Catholic Preaching on "the Law"

The 'religion of the heart' is the opposite of the 'doctrine of the Pharisees'

[Unofficial translation from Fatto Quotidiano, August 29, 2021) 


The Sunday Gospel
Antonio Spadaro, SJ, Editor of La Civiltà Cattolica

Jesus is surrounded. It is not people who want to listen to him talk that are around him, it is not only those who are hungry for bread or do miracles. A circle of "Pharisees and some of the scribes, who came from Jerusalem," encircles him. Mark the evangelist describes this meeting (Mk 7: 1-23) of people who intend to question Jesus after having seen the behavior of his disciples. Did the disciples propound strange notions? No. The Pharisees and scribes had noticed that "some of his disciples ate food with unclean, that is, unwashed, hands." That man [Jesus] influenced the behavior of those around him, and therefore he was a dangerous teacher. Jesus changed the way people lived and acted, [teaching them] not to respect traditional practices and to subvert the established order. What order? That of formalities, of banality, which reduces transcendence to an esoteric or external phenomenon. The Pharisees, in fact, and all the Jews do not eat if they have not washed their hands thoroughly, following the tradition of the ancients. So for this reason a circle had taken root around Jesus: to ask him for an account and ratification: "Why do your disciples not behave according to the tradition of the ancients, but take food with impure hands?"

Jesus does not profess a strange doctrine, which would always be contestable or questionable: he simply says that certain pious practices are external things that have nothing to do with the heart, with the feeling, with the taste for true holiness. The human being, in fact, overwhelmed by formal obligations, no longer has the time to discern his own heart and be impelled to express love for God. Everything boils down to inveigling. And behind this inveigling there was a false vision of the relationship with God, as if someone had to put himself in a "pure" condition to turn to God. No, we do not need disinfectant washes to dialogue with God. In reality these washes only end up immunizing us from God himself, sterilizing us from faith.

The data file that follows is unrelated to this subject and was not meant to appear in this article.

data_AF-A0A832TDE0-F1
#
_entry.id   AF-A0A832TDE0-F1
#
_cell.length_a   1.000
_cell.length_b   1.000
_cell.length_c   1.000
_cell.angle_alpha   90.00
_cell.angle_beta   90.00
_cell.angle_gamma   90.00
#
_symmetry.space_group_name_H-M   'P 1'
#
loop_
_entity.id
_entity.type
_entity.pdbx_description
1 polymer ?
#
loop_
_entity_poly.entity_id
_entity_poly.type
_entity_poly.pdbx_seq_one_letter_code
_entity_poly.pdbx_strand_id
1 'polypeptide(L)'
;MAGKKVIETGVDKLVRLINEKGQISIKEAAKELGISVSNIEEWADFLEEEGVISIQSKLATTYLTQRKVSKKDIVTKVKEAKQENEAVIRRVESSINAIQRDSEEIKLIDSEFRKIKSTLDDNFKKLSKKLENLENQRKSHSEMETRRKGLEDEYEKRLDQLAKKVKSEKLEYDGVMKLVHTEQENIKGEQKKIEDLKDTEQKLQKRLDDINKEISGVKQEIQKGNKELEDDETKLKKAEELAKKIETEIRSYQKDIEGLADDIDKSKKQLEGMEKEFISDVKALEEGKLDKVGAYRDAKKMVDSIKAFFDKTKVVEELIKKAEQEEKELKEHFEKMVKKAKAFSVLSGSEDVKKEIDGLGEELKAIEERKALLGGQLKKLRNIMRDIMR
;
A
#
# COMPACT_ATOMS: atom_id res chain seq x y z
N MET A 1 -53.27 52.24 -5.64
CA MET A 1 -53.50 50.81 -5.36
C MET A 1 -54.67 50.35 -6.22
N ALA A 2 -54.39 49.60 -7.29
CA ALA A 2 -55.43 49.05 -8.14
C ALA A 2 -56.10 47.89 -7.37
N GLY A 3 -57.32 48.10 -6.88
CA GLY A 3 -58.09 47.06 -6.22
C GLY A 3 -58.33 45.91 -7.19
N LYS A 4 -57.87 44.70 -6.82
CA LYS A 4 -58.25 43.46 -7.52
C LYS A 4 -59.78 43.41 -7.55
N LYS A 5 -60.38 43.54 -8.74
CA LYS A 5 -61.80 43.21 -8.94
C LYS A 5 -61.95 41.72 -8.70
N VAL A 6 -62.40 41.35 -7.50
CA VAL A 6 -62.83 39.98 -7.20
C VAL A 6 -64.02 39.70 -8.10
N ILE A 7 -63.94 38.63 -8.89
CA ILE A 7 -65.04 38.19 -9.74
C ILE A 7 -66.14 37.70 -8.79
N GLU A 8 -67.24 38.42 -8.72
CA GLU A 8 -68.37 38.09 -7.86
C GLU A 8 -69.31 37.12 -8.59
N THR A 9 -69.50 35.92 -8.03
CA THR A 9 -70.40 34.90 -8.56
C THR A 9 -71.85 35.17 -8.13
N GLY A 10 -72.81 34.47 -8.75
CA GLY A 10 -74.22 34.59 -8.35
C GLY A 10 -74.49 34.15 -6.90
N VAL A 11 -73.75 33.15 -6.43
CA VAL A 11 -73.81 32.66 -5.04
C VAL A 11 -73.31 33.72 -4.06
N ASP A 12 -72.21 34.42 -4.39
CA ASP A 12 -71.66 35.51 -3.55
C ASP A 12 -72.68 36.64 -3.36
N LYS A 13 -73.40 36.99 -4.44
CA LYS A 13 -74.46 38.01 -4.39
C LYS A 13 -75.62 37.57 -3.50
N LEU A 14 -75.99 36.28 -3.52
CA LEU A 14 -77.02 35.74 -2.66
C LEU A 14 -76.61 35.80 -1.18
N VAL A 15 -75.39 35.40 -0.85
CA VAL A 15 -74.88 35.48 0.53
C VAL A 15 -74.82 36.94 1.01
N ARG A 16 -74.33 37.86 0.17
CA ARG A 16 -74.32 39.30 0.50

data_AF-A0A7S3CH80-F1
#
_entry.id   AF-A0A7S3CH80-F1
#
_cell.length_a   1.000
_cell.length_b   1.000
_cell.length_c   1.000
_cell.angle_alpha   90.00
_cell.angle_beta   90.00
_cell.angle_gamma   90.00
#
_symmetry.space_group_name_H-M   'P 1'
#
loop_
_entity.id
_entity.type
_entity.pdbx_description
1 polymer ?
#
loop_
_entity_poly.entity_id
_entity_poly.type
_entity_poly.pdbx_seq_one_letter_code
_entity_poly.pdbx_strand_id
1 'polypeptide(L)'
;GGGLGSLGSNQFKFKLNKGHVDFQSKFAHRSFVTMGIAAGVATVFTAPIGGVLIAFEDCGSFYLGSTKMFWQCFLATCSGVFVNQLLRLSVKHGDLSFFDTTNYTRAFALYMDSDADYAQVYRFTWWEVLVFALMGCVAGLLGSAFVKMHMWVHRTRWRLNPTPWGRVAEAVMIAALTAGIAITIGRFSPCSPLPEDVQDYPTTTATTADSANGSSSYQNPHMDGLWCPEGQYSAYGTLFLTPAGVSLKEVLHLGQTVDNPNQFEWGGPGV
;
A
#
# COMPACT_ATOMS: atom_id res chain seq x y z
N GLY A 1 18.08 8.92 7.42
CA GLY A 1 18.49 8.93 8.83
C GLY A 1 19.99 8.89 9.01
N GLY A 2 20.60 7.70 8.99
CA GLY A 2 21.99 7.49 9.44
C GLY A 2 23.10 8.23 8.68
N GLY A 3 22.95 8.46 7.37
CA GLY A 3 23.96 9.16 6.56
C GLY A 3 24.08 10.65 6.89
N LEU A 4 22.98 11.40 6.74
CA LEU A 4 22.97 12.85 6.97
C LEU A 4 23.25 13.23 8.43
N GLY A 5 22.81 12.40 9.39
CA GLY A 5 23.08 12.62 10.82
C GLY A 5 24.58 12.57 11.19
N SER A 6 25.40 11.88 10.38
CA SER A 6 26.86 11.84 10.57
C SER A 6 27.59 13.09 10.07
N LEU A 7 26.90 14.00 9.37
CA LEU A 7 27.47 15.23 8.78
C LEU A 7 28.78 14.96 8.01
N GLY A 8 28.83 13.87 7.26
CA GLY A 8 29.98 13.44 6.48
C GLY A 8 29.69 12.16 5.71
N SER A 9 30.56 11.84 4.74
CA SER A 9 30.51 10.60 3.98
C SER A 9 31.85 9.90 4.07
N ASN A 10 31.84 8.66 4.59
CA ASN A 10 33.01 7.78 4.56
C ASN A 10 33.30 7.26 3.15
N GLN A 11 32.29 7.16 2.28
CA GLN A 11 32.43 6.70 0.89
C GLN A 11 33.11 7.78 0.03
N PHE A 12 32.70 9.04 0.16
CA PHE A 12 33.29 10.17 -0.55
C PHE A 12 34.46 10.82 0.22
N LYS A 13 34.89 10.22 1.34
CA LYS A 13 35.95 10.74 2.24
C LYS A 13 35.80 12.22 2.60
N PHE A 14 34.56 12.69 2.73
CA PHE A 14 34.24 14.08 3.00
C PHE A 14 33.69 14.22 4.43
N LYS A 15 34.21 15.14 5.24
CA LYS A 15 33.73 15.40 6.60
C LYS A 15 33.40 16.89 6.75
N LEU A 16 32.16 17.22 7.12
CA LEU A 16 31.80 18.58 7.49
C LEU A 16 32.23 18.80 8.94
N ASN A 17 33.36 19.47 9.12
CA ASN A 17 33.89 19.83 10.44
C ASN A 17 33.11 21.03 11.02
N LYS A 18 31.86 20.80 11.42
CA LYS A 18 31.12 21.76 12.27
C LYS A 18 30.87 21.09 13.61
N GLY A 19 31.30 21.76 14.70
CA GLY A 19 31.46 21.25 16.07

Jesus does not love inveigling, nor is he that kind of man. And he gets angry. Before the circle of hypocrites, he replies: "Well did Isaiah prophesy of you, hypcrites, as it is written: 'This people honors me with their lips, but their hearts are far from me. In vain they worship me, teaching human precepts as doctrines.'"Jesus clearly distinguishes the "religion from close to the heart" from the "doctrine of precepts." Pay attention, however: Jesus does not trivially contrast the interior with the exterior. Instead, he lashes out against action that does not respond to the heart. How many people even today are tied to practices in which faith is relegated to a well-sewn lace, to the incomprehensible formula, or to the perfect gesture!

Jesus physically breaks the circle that had tightened around him, and he calls the crowd, opening a breach. The circles that surround it must be broken otherwise the ball will bounce around inside. It is not a question of disposing of a circle of hypocrites, but of making the message of the Gospel resound. And so he shouts to the crowd: "Listen to me, everyone, and understand well!" And the basis for a fundamental message. And this is the true Gospel of salvation: "There is nothing outside someone that, entering into him, can make him impure. But it is the things that come out of a person that make him impure." In fact, the motivations of evil that Jesus lists come from the heart: "uncleanness, thefts, homicides, adulteries, greed, wickedness, deceit, debauchery, envy, slander, pride, foolishness."

Jesus overturns the perspective: by declaring all foods pure, Jesus affirms that the transcending relationship with God either touches the profound authenticity of life or it is useless, devout, and trashy junk.